Today marks the fifth anniversary of the looting of the Iraq National Museum in Baghdad. I remember being horrified, aghast, on the verge of tears whenever the realization of what we had lost sunk in.
What I didn’t know is how much worse it could get. How the entire country would be stripped of its (and our) precious history. How archaeological sites that testify to our earliest civilizations, where people first invented writing, cities, the wheel and so much more, would become pockmarked no man’s lands of chaotic rubble.
The Oriental Institute of the University of Chicago is hosting an exhibit on the looting of Iraq. Catastrophe! The Looting and Destruction of Iraq’s Past opens this evening in Chicago and will remain until December 31.
The exhibition will consist of photographs as well as objects from the museum’s collection. “It summarizes results of investigations into the looting of the Baghdad Museum and updates efforts to recover the artifacts that were stolen,” said Geoff Emberling, Director of the Oriental Institute Museum.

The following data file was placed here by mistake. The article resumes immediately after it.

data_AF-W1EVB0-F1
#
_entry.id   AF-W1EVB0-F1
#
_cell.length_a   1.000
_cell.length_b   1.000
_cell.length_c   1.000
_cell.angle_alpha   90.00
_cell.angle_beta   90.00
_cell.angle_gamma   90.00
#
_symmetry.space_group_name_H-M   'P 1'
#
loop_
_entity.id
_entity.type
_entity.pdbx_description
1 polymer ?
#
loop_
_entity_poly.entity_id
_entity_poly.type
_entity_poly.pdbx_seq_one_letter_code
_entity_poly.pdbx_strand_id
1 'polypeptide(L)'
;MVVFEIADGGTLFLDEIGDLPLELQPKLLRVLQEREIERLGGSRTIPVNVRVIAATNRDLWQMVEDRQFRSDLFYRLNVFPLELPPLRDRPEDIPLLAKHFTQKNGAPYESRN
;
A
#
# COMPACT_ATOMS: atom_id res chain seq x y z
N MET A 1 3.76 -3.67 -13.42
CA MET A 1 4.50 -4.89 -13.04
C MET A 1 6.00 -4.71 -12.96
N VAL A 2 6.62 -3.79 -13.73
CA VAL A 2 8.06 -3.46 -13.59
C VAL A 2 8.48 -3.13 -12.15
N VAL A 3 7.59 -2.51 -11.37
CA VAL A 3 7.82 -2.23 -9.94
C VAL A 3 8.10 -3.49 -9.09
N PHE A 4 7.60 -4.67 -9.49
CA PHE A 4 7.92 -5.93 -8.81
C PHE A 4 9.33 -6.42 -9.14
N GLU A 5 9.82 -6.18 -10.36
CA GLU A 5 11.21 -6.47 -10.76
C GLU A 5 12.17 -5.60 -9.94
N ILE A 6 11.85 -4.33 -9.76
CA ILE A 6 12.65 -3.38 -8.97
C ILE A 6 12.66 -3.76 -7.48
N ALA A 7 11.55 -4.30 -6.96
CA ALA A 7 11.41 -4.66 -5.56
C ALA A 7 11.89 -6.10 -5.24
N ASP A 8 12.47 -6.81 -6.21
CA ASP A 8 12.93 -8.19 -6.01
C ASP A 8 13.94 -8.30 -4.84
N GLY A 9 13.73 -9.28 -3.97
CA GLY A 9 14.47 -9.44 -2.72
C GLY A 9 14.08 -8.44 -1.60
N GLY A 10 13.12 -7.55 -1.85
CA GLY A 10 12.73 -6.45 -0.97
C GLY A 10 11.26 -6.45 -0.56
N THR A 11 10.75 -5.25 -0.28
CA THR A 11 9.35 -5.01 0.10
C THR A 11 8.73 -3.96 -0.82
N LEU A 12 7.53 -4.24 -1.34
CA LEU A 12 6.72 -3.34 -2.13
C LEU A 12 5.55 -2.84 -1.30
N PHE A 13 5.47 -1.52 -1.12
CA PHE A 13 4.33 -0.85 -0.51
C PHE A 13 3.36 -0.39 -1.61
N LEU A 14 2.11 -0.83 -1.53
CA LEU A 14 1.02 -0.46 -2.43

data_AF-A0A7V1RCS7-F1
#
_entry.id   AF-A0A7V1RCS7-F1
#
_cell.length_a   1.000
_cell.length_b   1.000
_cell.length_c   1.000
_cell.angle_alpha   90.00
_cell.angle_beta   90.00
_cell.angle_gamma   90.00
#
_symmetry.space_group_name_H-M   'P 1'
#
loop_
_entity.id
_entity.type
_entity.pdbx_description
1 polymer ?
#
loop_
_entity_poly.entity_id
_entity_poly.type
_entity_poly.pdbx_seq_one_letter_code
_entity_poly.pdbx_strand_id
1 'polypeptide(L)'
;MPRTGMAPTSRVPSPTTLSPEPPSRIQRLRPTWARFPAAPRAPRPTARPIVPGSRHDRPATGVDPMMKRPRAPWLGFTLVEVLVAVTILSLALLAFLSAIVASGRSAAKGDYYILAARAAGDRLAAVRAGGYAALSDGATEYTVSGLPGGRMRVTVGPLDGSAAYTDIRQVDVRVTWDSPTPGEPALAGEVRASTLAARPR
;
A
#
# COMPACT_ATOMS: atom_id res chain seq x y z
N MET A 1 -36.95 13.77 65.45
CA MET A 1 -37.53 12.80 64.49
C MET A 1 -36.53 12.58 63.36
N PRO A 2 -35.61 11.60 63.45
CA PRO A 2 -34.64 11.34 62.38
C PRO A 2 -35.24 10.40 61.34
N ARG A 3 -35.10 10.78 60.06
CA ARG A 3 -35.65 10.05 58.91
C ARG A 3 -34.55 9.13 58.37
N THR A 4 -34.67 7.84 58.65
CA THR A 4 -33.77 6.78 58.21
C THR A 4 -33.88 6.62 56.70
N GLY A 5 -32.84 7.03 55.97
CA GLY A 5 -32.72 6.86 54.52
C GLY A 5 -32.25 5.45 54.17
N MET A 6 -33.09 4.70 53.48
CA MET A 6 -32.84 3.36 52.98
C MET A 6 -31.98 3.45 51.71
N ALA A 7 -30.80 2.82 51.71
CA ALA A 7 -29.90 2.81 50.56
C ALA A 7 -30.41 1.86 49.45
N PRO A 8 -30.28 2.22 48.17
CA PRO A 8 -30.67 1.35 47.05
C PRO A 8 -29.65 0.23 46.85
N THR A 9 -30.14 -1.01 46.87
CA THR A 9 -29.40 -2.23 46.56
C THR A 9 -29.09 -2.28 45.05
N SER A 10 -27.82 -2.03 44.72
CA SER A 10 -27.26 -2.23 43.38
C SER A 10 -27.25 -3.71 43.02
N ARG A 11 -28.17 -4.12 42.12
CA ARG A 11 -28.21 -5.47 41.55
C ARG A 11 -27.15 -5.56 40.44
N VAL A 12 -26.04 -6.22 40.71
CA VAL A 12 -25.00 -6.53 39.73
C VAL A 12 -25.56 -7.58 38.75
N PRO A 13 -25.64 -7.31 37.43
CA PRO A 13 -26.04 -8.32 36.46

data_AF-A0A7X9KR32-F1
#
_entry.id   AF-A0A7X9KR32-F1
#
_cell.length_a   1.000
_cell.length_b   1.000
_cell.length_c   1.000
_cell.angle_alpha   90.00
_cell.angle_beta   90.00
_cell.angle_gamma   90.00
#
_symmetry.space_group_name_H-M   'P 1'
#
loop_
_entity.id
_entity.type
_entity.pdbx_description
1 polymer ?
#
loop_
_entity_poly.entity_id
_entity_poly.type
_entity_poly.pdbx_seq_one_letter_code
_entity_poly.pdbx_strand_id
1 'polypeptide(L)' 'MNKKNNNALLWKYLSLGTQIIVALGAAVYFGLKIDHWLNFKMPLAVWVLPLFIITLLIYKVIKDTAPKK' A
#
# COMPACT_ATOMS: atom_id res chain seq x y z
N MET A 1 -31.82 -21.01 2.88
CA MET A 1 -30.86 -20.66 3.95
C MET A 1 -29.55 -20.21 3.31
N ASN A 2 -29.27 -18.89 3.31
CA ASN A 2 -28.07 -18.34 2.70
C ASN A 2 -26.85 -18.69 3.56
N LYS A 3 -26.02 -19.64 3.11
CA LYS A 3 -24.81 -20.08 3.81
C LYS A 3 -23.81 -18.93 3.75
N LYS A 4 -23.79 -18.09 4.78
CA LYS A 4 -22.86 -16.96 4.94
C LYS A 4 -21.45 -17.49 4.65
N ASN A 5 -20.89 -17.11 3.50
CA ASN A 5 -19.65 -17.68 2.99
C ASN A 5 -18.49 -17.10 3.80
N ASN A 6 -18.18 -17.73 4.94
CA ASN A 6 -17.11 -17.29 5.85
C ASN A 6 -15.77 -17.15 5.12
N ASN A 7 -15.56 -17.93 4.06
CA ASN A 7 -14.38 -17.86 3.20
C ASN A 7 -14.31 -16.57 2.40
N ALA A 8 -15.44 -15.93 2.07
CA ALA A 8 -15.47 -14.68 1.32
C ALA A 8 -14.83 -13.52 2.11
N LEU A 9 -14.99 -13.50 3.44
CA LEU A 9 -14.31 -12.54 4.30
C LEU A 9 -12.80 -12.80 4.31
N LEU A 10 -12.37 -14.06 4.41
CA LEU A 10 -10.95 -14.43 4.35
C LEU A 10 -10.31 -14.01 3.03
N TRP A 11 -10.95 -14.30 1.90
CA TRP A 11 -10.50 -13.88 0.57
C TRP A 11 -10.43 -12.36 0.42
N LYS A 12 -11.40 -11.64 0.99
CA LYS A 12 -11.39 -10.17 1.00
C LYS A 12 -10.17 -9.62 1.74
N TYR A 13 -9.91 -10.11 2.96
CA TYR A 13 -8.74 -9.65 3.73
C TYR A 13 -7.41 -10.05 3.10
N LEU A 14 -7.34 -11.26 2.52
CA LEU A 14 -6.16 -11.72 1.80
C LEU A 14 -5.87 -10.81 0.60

The exhibition also will document the looting of archaeological sites with a series of aerial photographs that show the increase in damage through the past few years and other ground-level pictures of the looters at work. “A central section illustrates the importance of archaeological context through several case studies that show what is lost when a piece is looted. The exhibit presents an overview of the international trade in antiquities and the ways in which it directly promotes the looting of the sites,” Emberling said.
If anyone has a chance to see this exhibit, please let me know. I would dearly love to hear all about it. Meanwhile, a companion publication is available for sale or freely downloadable as a pdf.
I’ve read it and I cannot recommend it enough. It’s 82 pages long so eminently readable, although painful in the horror it describes. Here’s one example to give you an idea of what you’ll find.
A bull-headed lyre excavated from the Royal Cemetery of Ur and dated ca. 2800 B.C.:
That same lyre after looters pillaged the museum on April 10, 2003: